Drone virus may have originated with online gaming

The computer virus that infected part of the military’s unmanned aerial vehicle fleet was a common credential-stealing program that poses no threat to drone missions, the Air Force said.

The virus, discovered by the Air Force Sept. 24 and first reported by Wired, infected computers in a ground control system separate from flight control systems used by Air Force pilots and is “more of a nuisance than a threat,” the Air Force Space Command said in a statement.

Drone missions in Afghanistan and Iraq, controlled by pilots at Creech Air Force Base, Nev., have not been interrupted by the virus.

How did it get there? A defense official speaking anonymously told the Associated Press that the malware is a kind used to steal log-in and password information from people playing games such as “Mafia Wars” or gambling online. But the official made no comment on whether it got there because crews were playing online games.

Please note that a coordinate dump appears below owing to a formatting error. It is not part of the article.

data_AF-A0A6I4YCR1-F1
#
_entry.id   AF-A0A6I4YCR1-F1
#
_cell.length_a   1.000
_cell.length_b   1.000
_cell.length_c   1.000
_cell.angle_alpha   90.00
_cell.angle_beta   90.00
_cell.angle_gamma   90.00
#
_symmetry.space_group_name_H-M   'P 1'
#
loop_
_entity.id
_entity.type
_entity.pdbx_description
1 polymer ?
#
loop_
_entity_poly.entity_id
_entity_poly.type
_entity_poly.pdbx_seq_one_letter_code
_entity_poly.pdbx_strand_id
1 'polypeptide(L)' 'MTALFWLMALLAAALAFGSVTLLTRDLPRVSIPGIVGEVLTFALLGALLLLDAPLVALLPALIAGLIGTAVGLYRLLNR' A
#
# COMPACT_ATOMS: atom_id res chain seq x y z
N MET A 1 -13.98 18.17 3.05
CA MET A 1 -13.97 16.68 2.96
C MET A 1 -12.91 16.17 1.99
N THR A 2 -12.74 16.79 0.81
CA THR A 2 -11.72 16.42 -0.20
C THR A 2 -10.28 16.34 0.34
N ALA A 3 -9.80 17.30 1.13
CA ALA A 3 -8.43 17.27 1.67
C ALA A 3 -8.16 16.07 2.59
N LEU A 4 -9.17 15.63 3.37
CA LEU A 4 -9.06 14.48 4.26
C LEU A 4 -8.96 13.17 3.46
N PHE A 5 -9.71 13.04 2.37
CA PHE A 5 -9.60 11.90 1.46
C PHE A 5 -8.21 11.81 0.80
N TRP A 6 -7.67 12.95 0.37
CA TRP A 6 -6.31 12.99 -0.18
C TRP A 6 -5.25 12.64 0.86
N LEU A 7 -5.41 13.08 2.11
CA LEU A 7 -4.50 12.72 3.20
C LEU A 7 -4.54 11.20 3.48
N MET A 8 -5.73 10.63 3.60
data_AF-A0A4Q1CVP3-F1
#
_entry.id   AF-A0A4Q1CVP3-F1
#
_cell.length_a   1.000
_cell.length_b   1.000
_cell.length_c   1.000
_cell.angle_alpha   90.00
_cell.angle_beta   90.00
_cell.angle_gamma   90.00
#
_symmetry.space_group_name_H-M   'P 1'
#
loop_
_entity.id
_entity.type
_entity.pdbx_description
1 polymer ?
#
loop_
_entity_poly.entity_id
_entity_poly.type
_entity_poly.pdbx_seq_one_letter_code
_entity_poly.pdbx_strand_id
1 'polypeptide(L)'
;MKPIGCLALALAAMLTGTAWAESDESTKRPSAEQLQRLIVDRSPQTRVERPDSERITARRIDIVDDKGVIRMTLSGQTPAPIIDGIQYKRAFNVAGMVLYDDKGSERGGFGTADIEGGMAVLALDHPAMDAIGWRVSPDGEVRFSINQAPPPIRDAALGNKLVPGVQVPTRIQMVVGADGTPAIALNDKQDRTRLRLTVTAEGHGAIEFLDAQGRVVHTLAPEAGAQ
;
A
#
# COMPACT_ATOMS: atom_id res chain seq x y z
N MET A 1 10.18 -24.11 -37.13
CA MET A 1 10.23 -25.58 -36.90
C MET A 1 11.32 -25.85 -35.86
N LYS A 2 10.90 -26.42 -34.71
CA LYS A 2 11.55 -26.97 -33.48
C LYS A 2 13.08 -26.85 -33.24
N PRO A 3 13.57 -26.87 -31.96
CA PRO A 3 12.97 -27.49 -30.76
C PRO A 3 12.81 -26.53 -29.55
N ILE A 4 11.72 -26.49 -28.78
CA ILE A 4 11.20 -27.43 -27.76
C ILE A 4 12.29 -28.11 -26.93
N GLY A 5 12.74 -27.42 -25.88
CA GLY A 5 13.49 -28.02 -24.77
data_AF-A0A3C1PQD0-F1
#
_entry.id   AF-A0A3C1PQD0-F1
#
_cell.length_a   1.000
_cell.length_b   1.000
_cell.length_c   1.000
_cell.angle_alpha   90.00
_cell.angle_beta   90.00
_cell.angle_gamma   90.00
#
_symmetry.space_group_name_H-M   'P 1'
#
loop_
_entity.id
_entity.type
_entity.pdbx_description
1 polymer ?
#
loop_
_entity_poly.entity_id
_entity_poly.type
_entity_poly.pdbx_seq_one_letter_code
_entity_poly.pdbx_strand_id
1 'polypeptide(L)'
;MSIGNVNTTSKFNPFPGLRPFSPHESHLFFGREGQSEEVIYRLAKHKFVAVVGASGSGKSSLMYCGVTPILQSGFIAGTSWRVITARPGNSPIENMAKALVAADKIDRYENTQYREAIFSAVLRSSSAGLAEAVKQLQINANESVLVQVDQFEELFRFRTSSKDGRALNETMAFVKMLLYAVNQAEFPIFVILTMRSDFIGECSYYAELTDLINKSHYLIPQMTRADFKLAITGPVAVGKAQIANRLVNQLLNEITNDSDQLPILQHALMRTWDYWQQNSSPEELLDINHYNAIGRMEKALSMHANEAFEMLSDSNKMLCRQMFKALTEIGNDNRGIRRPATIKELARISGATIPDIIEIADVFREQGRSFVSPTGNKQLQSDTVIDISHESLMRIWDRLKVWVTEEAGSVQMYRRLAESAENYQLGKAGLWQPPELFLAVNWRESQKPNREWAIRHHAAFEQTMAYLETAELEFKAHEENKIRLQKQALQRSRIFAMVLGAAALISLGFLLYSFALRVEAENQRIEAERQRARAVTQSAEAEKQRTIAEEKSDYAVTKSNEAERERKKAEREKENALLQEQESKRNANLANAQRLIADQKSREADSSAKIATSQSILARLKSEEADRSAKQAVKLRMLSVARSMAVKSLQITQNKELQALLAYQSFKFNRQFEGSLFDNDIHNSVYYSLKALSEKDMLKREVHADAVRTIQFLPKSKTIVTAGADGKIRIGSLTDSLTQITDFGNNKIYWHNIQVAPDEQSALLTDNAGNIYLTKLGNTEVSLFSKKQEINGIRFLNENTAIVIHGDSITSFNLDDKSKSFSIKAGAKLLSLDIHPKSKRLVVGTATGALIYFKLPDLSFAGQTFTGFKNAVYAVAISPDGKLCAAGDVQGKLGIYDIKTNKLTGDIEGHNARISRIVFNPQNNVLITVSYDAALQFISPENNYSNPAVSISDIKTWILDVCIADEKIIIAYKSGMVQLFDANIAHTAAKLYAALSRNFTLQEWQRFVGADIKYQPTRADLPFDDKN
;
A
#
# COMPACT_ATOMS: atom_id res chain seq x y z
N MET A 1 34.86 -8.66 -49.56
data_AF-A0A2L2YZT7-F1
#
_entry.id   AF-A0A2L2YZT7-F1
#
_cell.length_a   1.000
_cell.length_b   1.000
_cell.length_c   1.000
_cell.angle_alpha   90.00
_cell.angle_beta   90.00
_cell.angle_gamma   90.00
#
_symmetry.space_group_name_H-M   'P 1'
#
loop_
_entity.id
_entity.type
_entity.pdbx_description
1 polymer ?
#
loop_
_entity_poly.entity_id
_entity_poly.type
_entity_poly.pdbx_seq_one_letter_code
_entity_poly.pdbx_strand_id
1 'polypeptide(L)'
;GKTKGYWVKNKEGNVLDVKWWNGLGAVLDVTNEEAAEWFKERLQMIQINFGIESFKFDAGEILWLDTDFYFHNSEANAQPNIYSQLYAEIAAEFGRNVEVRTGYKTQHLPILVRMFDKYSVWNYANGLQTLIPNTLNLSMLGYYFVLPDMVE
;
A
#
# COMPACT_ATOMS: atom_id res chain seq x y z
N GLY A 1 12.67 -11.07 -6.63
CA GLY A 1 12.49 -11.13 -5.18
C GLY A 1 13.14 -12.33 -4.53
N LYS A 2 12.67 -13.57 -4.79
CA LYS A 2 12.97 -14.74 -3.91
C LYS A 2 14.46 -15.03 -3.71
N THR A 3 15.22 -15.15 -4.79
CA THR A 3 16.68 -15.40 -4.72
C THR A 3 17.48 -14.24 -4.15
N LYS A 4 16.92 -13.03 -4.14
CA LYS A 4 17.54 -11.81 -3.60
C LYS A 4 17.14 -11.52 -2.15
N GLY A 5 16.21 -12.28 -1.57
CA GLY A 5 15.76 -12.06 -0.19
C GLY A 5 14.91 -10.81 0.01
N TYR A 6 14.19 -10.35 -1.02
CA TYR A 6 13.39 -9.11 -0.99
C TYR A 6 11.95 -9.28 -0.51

The Air Force said the malware is not a keylogger, as was first reported, and does not transmit data or video, or corrupt data or anything else on the infected computer. And it was limited to the ground system, not infecting the UAVs or pilots’ systems at all, the Air Force said. But it has proved difficult to scrub from the ground system.

It’s unusual for the military to comment on its operations. But Col. Kathleen Cook, Air Force Space Command spokesperson, said, “We felt it important to declassify portions of the information associated with this event to ensure the public understands that the detected and quarantined virus posed no threat to our operational mission and that control of our remotely piloted aircraft was never in question.”

About the Author

Kevin McCaney is a former editor of Defense Systems and GCN.

Featured

  • business meeting (Monkey Business Images/Shutterstock.com)

    Civic tech volunteers help states with legacy systems

    As COVID-19 exposed vulnerabilities in state and local government IT systems, the newly formed U.S. Digital Response stepped in to help. Its successes offer insight into existing barriers and the future of the civic tech movement.

  • data analytics (Shutterstock.com)

    More visible data helps drive DOD decision-making

    CDOs in the Defense Department are opening up their data to take advantage of artificial intelligence and machine learning tools that help surface insights and improve decision-making.

Stay Connected